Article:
Stat-wise, its listed stats are an E body, an A boost, and a C grip. In F-Zero X, it holds up pretty well, though it needs some expert play. With the weak body and the mediocre grip, it's easy to crash the Death Anchor, but if you can avoid doing exactly that the sheer boost and top speed power are enough to claim victory. F-Zero GX takes this even further! The body of the Death Anchor is paper thin, the handling is like driving on grease, and the acceleration isn't anything to write home about. But the top speed and boost are top tier, and if you can somehow keep the Death Anchor pointed in the right direction, it'll be easy to jet past everything else to victory! Maybe a missile car DOES have its upsides.

Crouching Zoda, Hidden Deus Ex Machinas

GP Legend series

Strap yourselves in, readers, because you're about to have the ride of your life.

Zoda is completely reinvented for the anime series. His design starts as a version of his GX design with a few cues from his X one, and its own color and style. His connection to the Arrows is jettisoned, making him the archrival to main character Rick Wheeler, instead. And that's just the start - as we go through the anime, it gets a lot more nuts. But let's start at the start, shall we?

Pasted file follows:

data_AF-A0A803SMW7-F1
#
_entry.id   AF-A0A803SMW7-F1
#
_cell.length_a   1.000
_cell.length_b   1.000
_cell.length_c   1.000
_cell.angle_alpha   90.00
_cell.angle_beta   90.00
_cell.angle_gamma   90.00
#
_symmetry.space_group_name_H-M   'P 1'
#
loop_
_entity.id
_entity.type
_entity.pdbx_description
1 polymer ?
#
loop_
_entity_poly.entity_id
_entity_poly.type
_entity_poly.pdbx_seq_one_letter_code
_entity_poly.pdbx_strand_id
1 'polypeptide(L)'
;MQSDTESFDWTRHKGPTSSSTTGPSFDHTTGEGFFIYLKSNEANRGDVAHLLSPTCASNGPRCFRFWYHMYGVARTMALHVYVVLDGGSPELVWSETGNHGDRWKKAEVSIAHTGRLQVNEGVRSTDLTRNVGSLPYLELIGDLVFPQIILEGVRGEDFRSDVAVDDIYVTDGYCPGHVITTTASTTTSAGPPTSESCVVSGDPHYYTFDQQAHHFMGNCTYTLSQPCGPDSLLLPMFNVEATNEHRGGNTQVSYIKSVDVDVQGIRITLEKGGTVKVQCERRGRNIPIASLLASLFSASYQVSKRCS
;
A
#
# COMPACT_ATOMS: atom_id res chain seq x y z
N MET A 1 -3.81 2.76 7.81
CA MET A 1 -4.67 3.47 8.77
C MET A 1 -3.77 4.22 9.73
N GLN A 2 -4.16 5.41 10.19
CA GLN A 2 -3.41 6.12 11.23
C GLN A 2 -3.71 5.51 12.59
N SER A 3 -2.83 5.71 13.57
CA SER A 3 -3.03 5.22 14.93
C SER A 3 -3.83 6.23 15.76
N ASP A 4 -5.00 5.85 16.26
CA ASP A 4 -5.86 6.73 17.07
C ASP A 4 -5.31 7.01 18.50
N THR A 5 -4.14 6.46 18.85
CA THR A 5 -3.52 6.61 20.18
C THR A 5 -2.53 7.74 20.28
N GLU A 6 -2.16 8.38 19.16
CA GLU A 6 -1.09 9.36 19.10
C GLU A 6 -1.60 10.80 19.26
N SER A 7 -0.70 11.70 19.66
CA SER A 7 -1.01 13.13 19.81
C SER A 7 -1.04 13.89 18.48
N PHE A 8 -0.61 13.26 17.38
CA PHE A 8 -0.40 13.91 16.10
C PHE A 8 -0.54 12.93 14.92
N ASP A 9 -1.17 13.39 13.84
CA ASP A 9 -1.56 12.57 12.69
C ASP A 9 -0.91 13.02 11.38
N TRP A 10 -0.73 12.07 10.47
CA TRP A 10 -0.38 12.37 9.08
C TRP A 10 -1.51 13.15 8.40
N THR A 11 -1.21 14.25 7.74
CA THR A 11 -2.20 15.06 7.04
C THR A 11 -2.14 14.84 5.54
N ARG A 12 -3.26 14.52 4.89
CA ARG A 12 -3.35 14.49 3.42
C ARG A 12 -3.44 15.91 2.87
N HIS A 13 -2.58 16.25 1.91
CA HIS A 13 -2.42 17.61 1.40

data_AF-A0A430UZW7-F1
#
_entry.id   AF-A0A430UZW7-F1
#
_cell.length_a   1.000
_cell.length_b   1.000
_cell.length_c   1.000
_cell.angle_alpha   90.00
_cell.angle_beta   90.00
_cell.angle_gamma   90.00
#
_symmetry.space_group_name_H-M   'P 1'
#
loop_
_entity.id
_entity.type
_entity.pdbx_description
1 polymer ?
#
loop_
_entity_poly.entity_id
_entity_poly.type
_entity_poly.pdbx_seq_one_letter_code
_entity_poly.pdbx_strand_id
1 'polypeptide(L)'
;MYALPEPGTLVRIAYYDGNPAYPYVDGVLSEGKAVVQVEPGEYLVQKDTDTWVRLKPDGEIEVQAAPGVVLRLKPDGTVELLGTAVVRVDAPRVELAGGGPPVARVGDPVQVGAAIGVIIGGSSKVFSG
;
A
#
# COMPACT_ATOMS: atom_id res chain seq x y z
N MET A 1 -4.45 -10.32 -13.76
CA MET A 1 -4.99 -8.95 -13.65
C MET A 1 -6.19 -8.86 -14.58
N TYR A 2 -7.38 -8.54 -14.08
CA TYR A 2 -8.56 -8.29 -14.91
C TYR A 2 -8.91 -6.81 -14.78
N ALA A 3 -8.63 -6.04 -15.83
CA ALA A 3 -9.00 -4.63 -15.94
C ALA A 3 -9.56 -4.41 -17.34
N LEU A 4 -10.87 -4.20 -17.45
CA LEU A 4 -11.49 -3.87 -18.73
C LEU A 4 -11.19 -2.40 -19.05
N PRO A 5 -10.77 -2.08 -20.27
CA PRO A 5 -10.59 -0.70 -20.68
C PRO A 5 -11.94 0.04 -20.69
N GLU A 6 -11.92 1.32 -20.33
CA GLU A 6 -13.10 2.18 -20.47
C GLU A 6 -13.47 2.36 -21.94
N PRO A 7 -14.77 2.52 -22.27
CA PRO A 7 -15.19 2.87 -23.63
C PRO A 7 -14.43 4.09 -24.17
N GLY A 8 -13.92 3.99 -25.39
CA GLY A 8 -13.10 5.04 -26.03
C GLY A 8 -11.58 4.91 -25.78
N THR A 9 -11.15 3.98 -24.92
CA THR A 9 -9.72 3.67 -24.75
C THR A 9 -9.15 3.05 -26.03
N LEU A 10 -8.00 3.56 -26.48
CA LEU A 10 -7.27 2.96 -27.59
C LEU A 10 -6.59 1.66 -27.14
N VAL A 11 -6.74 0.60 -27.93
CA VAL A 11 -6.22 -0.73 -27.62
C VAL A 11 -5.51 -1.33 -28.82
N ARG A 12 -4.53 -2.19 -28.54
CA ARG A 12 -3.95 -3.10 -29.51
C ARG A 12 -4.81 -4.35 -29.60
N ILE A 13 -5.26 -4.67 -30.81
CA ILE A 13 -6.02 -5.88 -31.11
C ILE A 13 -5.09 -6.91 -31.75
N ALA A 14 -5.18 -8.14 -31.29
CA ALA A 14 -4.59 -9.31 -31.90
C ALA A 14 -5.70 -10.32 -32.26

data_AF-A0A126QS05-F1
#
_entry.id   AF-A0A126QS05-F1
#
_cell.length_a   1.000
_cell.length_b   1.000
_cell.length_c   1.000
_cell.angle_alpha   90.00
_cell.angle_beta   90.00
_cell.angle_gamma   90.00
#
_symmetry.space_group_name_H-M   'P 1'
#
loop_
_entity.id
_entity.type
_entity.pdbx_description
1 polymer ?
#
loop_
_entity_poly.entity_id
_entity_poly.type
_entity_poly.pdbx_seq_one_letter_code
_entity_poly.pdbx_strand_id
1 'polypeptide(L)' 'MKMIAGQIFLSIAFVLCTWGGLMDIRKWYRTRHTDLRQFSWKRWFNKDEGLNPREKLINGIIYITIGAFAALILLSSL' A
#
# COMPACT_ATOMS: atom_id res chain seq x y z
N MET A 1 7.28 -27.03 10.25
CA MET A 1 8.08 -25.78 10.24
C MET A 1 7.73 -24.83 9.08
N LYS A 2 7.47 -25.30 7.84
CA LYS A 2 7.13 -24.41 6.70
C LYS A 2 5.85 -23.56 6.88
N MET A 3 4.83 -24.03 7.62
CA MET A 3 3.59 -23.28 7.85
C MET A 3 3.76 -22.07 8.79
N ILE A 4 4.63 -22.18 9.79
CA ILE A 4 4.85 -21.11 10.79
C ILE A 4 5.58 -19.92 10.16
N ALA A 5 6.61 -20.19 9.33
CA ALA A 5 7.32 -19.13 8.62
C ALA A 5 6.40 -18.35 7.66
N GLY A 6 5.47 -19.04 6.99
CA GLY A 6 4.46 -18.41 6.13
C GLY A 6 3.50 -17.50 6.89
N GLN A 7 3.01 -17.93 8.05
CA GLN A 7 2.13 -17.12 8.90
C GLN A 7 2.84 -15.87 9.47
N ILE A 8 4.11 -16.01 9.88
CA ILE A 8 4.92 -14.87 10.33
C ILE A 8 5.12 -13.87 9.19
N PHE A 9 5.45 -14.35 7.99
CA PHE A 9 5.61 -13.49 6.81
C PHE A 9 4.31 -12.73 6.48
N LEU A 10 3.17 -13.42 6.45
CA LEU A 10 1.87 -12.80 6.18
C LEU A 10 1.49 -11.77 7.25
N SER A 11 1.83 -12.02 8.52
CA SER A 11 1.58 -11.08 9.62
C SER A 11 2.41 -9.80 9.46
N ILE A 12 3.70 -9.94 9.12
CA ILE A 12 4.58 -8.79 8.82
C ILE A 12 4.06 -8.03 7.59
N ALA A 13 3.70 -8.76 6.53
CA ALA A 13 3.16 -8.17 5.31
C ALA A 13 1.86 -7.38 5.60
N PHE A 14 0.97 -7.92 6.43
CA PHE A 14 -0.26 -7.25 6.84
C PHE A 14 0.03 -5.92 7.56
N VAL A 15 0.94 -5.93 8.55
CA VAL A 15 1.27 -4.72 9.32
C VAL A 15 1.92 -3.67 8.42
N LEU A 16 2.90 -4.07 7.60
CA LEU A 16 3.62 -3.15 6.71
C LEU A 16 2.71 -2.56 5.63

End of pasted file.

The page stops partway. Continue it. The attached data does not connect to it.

Introduced in the very first episode, Zoda is... a human gangster, complete with pinstrip suit and everything, on the mean streets of New York City. He's opposed by Rick Wheeler, part-time cop and part-time F1 racer, who spends his time chasing down Zoda and his henchmen. In episode 1's flashback, Zoda busts out of jail and is quickly pursued by the fuzz, Rick being the main one to chase him down. During the chase, Zoda gets an idea and knocks off the door of his car, sending it crashing into Rick and putting our hero in cold sleep for a century and a half. When he wakes up, he finds that Zoda was also cryofrozen at some point, and was then busted out of a prison planet by Black Shadow, who took the chance to transform Zoda into the alien-looking hybrid he is now. And so, the basic premise of our series is set up!